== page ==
Members of PAC could face grilling by ex-Rehab boss Angela Kerins
Published 13/10/2015 | 02:30
Former Rehab CEO Angela Kerins may apply to cross-examine members of the Dáil Public Accounts Committee (PAC) in her forthcoming action over its conduct of public hearings into the handling of State payments to the charity, the Court of Appeal has heard.
The court yesterday reserved judgment on the PAC's appeal against various High Court orders directing it to give certain documents to Ms Kerins for her action.
Ms Kerins wants orders and damages on foot of claims the PAC conducted itself unlawfully, showed bias towards her, acted outside its remit, and was guilty of misfeasance (improper misuse of power) in public office. She claims its action caused her distress and injured her health.
The PAC denies her claims and maintains it was entitled to question her in circumstances where 81pc of the charity's income in Ireland was provided by the State.
The committee has a "vital role" in overseeing public expenditure and cannot be sued for damages over matters said under privilege, Paul Gallagher SC, for the PAC, said in presenting its appeal. The appeal heard Ms Kerins appeared for seven hours before the PAC on February 27, 2014. Her lawyers said she could not attend a resumed hearing on April 10, 2014, due to ill health.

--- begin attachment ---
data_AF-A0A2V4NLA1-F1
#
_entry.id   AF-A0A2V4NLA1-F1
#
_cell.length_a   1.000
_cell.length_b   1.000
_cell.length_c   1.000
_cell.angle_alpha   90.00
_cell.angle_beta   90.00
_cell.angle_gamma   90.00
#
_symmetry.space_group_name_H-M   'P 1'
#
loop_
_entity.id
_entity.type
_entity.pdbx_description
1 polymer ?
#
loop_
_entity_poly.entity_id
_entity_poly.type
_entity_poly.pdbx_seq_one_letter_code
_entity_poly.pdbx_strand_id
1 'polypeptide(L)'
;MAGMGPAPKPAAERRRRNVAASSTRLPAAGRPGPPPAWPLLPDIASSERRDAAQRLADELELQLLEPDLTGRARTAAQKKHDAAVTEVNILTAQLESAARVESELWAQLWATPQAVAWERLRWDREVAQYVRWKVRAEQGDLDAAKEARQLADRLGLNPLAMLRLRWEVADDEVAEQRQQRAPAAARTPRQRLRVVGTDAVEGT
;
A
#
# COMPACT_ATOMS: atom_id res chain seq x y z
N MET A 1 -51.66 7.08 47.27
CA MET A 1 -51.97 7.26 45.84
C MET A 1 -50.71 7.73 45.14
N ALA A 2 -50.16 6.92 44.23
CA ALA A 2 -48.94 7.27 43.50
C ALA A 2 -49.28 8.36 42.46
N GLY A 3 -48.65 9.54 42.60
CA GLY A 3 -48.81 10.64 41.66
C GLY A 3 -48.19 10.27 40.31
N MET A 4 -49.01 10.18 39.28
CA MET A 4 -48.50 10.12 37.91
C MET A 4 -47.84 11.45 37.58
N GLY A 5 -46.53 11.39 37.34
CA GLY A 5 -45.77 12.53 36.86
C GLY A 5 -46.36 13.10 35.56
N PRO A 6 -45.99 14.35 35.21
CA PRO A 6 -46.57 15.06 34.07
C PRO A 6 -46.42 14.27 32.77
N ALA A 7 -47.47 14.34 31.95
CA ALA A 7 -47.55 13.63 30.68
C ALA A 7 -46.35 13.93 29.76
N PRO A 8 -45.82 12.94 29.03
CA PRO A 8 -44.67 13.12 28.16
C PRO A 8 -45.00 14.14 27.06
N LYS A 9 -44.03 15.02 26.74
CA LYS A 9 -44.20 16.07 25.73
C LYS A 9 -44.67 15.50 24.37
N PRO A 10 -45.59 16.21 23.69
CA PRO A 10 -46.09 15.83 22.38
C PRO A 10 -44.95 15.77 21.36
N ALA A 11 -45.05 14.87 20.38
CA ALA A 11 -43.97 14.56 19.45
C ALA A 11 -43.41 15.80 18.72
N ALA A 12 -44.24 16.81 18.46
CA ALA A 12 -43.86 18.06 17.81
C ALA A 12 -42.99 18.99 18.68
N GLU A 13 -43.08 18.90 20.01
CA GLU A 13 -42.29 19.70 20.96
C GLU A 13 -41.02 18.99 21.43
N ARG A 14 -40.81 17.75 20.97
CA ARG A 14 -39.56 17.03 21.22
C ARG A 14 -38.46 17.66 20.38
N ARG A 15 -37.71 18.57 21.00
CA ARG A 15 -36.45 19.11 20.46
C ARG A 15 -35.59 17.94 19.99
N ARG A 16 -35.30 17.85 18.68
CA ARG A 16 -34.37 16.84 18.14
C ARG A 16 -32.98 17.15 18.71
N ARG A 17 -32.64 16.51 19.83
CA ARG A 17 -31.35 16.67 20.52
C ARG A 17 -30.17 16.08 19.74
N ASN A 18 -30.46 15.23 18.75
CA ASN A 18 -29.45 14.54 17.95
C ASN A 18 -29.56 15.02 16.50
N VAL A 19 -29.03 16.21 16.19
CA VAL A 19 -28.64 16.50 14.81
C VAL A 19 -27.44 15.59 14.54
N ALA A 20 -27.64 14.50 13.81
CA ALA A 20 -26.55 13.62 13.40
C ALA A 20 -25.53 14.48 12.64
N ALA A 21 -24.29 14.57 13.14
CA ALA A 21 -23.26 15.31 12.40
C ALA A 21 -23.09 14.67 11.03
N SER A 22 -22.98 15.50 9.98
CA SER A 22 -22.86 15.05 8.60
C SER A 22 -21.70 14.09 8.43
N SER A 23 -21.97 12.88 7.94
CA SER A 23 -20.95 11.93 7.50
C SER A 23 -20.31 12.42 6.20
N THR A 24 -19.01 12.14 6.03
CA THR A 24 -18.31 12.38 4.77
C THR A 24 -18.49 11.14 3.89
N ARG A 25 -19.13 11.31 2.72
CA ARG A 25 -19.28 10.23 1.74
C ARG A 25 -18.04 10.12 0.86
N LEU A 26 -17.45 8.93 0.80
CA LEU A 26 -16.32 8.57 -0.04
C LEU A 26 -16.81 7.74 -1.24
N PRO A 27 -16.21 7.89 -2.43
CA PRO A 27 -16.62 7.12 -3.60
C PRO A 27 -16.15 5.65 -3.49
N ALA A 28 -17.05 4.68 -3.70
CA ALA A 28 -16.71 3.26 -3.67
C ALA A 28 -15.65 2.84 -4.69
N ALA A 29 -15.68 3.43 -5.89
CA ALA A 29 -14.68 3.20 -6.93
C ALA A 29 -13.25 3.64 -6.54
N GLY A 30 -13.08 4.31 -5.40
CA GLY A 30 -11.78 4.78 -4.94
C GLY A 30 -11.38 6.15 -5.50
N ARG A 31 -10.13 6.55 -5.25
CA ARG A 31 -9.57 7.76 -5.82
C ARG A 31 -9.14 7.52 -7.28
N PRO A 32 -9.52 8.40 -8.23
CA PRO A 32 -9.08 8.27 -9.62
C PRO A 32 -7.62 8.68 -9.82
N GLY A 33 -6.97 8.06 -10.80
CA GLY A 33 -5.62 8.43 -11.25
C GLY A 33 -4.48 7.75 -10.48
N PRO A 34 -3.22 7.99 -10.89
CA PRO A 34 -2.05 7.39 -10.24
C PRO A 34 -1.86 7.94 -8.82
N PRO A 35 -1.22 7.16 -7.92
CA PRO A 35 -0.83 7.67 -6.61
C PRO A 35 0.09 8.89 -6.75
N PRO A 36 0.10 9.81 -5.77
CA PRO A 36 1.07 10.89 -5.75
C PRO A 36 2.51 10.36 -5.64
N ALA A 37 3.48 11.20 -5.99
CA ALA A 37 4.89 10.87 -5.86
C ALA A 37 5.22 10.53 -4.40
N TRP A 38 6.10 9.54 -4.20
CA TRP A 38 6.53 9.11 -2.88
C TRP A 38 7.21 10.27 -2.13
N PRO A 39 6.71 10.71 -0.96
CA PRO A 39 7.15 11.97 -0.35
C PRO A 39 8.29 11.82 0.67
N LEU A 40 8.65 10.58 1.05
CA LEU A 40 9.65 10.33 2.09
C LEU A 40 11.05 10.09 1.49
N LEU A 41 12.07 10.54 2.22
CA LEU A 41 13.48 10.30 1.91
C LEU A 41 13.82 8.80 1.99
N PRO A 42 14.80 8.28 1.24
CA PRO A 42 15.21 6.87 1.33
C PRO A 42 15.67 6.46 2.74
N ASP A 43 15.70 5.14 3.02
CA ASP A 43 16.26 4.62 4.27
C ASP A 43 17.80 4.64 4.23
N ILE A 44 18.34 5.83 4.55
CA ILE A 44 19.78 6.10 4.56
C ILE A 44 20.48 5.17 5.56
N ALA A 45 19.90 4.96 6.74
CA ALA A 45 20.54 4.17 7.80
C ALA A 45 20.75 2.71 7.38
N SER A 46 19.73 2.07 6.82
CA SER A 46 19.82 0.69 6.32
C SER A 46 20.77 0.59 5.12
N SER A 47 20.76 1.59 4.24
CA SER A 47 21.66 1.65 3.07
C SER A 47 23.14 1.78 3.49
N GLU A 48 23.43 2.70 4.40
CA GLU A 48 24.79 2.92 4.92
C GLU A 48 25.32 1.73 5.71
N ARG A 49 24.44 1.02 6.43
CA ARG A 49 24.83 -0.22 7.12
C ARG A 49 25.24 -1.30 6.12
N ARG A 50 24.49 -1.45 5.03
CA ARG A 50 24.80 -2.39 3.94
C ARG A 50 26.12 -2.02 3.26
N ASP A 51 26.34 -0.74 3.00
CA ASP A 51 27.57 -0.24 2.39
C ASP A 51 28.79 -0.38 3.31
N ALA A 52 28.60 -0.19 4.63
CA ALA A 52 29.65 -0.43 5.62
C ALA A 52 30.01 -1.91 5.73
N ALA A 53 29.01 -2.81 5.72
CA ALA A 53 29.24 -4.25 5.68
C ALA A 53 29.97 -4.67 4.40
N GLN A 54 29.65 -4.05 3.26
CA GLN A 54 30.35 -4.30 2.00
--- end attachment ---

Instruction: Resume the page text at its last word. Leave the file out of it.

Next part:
She later sued for various orders including restraining the PAC from pursuing further examination of Rehab's finances insofar as they relate to her former employment.
Mr Gallagher said Ms Kerins's case raises objective legal issues which can be determined by the transcripts of the PAC public hearings and did not require the other documents sought by her in pursuit of a "fishing exercise".
The issues for determination include whether the PAC had jurisdiction to conduct the hearings in the manner it did.
The courts may stop an inquiry by a Dáil committee, or find it is unfair, but cannot award damages. In relation to her claims of bias, Mr Gallagher said PAC chairman John McGuinness had said he had no recollection of saying to Ms Kerins, before she appeared in front of the PAC, that some members of the committee did not like her.
Opposing the appeal, John Rogers, SC, for Ms Kerins, said what happened during her appearance before the PAC involved an excess of its jurisdiction. Ms Kerins was "ballyragged" over seven hours and, although not present before the PAC on April 10, 2014, some of its members made assertions about her character and sought to get another witness to confirm she was not an appropriate person to be Rehab CEO, he argued. She wanted orders expunging the record of that and preventing the PAC "doing any further damage" to her.